Parallel circuits are very common in household wiring and electronics because they allow each device to operate independently of the others. For example, in your home’s electrical system, different appliances are wired in parallel, so if your refrigerator light bulb burns out, your microwave and other appliances will still work.

## How to Connect LEDs in Parallel

Connecting LEDs in parallel is relatively straightforward. You’ll notice that I swapped the 9V battery for two AAs at 1.5V each for a total of 3V. Follow these steps to properly connect multiple LEDs in a parallel configuration:

1. Identify LED Terminals: Familiarize yourself with the two terminals of each LED: the anode (longer lead, positive) and the cathode (shorter lead, negative).
2. Calculate Resistor Value: To protect the LEDs from excessive current, you need to use resistors. Unlike connecting LEDs in series, when you connect them in parallel it’s best practice to give each LED its own resistor. Calculate the appropriate resistor value using Ohm’s law, R = (Vs – Vf) / I, where R is the resistance, Vs is the power supply voltage, Vf is the sum of LED forward voltages, and I is the current (in Amps).

In the example above, our LEDs are connected in parallel to a 3V power supply (Vs). Since each component in the circuit will receive the full voltage of the battery, using a 9V like we did in the series example is a bit overkill. Again, let’s say each LED has a Vf of 2V and that the current, I, each one consumes is 20mA, or .02A.

With these values, the formula looks like this:

R = (3V – 2V) / .02

This gives us a resistor value of 50 Ohms. The closest common resistor value is 68 Ohms. You can always add more than one resistor in series to get the exact value or jump to the closest common value that exceeds your calculations.
3. Connect Anodes to Power Supply: Connect the anode (positive) of each LED to the positive terminal of your power supply. You can use separate wires for each LED or connect the anodes together using a common wire (bus).
4. Attach Resistors: Connect a resistor to each LED either the anode (positive) or cathode (negative). Each LED should have its own resistor to ensure proper current limiting.
5. Connect Cathodes to Power Supply: Connect the cathode (negative) of each LED to the negative terminal of your power supply. Similar to the anodes, you can use separate wires for each lead or connect them together using a common wire (bus).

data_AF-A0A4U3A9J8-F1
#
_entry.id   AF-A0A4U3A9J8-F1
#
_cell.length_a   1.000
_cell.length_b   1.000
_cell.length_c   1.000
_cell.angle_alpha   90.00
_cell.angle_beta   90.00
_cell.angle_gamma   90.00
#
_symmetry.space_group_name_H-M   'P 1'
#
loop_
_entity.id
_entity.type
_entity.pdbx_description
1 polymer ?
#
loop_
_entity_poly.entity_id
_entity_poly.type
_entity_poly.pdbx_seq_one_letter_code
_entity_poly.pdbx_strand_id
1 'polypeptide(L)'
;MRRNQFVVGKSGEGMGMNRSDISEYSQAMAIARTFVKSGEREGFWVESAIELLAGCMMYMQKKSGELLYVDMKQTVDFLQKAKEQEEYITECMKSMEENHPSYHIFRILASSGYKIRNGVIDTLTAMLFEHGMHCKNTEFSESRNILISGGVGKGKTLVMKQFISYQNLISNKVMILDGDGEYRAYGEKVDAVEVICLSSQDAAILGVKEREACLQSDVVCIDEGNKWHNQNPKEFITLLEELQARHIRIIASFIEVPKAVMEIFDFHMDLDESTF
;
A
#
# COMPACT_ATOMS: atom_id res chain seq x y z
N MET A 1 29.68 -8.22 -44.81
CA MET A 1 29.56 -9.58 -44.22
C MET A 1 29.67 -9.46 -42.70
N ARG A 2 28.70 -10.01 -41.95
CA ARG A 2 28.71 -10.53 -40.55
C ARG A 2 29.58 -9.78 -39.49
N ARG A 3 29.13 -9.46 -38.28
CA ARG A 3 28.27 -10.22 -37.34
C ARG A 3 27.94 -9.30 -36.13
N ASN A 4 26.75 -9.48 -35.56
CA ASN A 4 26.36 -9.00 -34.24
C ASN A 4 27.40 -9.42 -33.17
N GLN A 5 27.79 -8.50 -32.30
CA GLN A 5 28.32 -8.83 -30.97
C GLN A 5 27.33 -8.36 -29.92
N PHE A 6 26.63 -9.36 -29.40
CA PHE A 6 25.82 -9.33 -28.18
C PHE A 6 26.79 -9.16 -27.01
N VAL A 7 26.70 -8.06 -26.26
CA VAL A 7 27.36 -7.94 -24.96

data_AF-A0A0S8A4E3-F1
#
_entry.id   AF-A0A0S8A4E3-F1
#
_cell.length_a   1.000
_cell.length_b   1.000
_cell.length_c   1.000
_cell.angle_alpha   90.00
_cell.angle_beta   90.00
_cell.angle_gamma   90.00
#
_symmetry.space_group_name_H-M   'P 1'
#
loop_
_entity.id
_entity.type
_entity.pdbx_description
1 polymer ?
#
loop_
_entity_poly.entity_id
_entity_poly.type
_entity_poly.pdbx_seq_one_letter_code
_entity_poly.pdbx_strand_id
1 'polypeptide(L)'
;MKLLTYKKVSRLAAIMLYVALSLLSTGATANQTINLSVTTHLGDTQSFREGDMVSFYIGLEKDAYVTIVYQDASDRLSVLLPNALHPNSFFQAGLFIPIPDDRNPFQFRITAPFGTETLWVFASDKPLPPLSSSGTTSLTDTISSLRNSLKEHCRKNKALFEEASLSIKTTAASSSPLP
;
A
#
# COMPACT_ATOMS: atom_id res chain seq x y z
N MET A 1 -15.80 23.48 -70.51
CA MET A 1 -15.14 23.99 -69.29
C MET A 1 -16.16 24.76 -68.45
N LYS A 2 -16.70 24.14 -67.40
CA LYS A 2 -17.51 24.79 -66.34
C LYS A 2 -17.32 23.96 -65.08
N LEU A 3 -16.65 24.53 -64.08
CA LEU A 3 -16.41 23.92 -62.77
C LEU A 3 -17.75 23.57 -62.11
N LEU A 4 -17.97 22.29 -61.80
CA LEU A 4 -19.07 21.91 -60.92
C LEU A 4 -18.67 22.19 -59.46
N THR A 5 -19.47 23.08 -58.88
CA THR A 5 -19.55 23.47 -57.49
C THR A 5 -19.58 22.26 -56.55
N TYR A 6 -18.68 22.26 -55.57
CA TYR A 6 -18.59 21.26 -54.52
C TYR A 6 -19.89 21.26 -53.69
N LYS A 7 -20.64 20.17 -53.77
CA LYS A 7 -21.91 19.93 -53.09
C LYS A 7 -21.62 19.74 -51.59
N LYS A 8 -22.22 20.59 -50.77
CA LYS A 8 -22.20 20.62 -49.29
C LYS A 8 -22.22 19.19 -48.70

6. Check Connections: Review your connections to make sure they’re secure and correctly oriented.
7. Test Your Circuit: Power on your supply to test the circuit. All LEDs should light up. If not, recheck your connections and resistor calculations.

By following these steps, you can successfully connect multiple LEDs in parallel, allowing each LED to operate independently and receive the same voltage from the power supply.

Wiring multiple LEDs in parallel has its own set of advantages and disadvantages.

### Pros of Wiring LEDs in Parallel:

• Independent Operation: If one LED fails or is turned off, the rest of the LEDs in the circuit will continue to function. This is because each LED forms its own path to the power supply.
• Uniform Voltage: Each LED in a parallel circuit receives the same voltage. This ensures that all LEDs receive adequate voltage for their operation, regardless of the number of LEDs in the circuit.
• Flexibility in Power Supply Voltage: The power supply voltage needs to be equal to or slightly higher than the forward voltage of a single LED, not the sum of their forward voltages (like in series configuration). This allows the use of low-voltage power supplies.

### Cons of Wiring LEDs in Parallel:

• Varying Brightness: If there are slight differences in the forward voltage or resistance of the LEDs, some LEDs might draw more current and shine brighter than others. This could lead to inconsistent brightness across the LEDs.
• Higher Total Current: Parallel circuits draw more current from the power supply than series circuits. This is because the total current is the sum of the currents passing through each LED. If there are many LEDs, this could require a power supply with a higher current rating.